If you are involved in a church, maybe you could have her add a prayer request for him so that during services he is prayed for by the whole church.

Good Luck! Hope things go well.



answers from Rochester on

I am not sure if there is any advice I can give you for this. My brother is in the military and had done three tours in Iraq. Even though he was in the army before my kids were born, it was still hard seeing him go- My kids do know their uncle, and they are all over him when he is home. My kids are young, so they don't know what really goes on over seas, but they do know that we need to pray a lot for uncle. We have 100% support here, with flags, and stickers for the house and cars... Our pediatrition told us before that with kids, you need to tell them the bsics, but don't offer any information to them that they don't ask about. Your family can write him all the time. The kids can make anything to send to him- even if he doesn't go overseas. We need to teach our kids how to support the troops. You're just going to have to let your daughter know that she can still keep in contact with him. While we are in the states and our troops are over seas, we really don't know everything that goes on over there. And for the better, it should stay that way for concerning families at home. My brother lost touch with a lot of his buddies from home because they never kept contact with him. So the only thing I can suggest from this babbling is to just keep as much contact with your daughter and her uncle as often as possible.



answers from New York on

Though your daughter is a little old for this, Sesame Street puts out a video about Elmo's dad being deployed. It shows him going and it shows him coming back, and things he did while he waited. I loved it, so your daughter may, too. It is free and can probably be found through Military One Source or through the family support person on base. Some military families fill a candy jar and the child eats one a day while the service member is gone. It is also fairly easy to keep in touch by video camera, etc. Good luck.



answers from Albany on

My husband was in Iraq in 2003-2004 and my brother-in-law just got back last month from a year in Afghanistan, so we have been through deployments in this family. Although our children are very young, I am sure that some of the same things apply. I know that there are many different videos and books out there to help understand a deployment and they may help your daughter feel more at ease with her uncle leaving. I am also sure that there are support systems in place at her school for children going with separations of every kind and I would make sure she has someone there to talk to who knows about her uncle's deployment in case she has some anxiety about it during a school day. Good luck and our prayers are always with the troops...we will add your brother-in-law to the list that we regularly pray for!!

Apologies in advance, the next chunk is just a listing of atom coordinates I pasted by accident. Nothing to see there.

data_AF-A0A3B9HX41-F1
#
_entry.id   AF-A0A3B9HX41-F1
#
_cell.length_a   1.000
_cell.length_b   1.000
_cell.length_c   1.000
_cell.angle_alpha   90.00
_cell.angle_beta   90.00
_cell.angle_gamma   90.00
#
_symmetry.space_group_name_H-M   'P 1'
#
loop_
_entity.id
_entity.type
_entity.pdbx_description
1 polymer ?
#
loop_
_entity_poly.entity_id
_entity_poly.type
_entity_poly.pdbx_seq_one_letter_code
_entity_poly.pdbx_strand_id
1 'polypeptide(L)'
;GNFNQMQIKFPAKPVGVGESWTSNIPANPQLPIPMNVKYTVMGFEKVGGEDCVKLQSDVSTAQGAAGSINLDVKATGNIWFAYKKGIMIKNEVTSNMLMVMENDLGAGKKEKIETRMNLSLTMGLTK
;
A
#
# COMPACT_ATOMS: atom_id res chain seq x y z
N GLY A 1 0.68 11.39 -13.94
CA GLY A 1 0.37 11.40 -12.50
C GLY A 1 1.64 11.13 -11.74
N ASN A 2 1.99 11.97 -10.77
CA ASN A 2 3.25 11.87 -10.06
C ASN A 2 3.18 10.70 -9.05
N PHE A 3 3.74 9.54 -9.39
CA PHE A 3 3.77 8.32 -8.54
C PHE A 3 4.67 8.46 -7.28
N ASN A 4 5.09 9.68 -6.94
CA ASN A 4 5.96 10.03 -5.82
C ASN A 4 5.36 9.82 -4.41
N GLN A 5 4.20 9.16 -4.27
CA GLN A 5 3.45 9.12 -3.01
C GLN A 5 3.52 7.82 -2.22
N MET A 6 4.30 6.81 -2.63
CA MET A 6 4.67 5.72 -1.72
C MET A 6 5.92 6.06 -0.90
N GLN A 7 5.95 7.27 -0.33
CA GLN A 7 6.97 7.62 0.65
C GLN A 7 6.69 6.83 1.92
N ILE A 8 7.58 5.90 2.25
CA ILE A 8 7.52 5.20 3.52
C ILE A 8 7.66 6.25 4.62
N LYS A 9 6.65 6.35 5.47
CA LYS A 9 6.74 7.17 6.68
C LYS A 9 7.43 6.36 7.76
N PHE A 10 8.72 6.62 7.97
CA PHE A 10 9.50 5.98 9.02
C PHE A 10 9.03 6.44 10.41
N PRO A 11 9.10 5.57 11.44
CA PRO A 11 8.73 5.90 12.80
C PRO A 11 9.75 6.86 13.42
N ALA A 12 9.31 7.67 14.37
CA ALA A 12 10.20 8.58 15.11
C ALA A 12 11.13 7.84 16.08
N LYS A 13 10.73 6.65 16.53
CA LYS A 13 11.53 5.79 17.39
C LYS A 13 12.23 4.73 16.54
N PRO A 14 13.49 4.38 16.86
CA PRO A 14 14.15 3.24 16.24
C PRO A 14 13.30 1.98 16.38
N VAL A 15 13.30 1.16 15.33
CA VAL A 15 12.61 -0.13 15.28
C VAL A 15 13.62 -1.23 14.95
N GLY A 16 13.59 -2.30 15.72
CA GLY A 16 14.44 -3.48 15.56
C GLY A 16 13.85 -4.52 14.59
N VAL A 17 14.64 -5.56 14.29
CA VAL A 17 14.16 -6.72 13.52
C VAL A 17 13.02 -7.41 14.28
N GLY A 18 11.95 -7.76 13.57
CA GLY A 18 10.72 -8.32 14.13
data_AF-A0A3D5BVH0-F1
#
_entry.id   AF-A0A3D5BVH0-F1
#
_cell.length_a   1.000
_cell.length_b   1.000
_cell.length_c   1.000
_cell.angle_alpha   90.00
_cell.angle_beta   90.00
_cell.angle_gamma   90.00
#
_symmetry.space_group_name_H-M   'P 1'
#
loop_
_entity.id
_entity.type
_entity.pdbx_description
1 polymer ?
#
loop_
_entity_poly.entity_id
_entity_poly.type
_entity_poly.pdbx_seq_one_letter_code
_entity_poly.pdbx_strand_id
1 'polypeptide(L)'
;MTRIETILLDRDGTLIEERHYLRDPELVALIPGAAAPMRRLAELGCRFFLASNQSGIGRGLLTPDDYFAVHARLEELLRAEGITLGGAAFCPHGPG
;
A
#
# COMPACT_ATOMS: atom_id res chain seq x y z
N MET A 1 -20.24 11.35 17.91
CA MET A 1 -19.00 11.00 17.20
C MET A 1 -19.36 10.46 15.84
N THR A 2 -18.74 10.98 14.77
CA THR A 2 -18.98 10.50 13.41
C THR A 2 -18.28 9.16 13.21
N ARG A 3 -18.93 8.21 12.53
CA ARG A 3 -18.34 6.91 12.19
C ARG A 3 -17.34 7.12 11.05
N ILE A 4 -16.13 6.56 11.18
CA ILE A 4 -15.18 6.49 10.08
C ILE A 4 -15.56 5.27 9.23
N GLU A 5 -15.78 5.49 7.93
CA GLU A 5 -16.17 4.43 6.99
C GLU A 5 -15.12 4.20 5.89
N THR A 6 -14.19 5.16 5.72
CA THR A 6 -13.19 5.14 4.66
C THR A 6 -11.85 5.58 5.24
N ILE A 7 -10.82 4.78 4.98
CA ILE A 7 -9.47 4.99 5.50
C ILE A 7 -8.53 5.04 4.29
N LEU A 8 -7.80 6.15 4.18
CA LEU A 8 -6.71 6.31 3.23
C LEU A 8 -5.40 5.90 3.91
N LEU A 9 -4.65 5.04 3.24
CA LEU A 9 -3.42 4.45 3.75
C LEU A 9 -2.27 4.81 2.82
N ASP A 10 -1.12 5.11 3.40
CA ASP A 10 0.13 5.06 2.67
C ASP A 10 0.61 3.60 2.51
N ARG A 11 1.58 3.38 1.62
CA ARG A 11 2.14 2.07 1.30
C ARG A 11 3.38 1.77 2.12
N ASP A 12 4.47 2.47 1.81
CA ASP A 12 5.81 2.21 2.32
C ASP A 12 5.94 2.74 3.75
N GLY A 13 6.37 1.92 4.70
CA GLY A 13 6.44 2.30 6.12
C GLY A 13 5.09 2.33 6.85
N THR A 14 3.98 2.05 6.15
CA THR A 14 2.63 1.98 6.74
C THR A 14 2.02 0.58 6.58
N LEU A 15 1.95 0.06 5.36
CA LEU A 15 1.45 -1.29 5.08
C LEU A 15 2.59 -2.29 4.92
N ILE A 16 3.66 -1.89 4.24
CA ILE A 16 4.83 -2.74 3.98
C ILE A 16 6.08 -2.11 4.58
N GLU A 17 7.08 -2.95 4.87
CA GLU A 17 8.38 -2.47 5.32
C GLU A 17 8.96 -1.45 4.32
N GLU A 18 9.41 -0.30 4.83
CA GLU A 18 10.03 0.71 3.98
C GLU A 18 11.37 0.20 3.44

answers from New York on

I understand how you feel....but if you are going to help your child cope with this, you yourself need to be strong as your children will pick up on your concerns, worryies and stress.

A family member going away for long periods of time is felt as a loss....having one going off to war is a horror....Life is full of hard adjustments.

Don't ignore it...

Try to bring comfort to your children. Listen to their feelings and share lots of hugs..

You might want to get a map to show them where he will be going. Answer their questions the best way you can.

Know if he signed up on his own it's something he really wanted to do...therefore, nothing for it but to be supportive of him now.

If he hasn't left yet, you might want to invite him over before he both you and the children a chance to say good bye to him....maybe the children can give him a little going away gift....draw him pictures or anything they can have some fun putting together for him.

Can you get an address so you and the children can write to him? Maybe he'll take the time to answer these letters...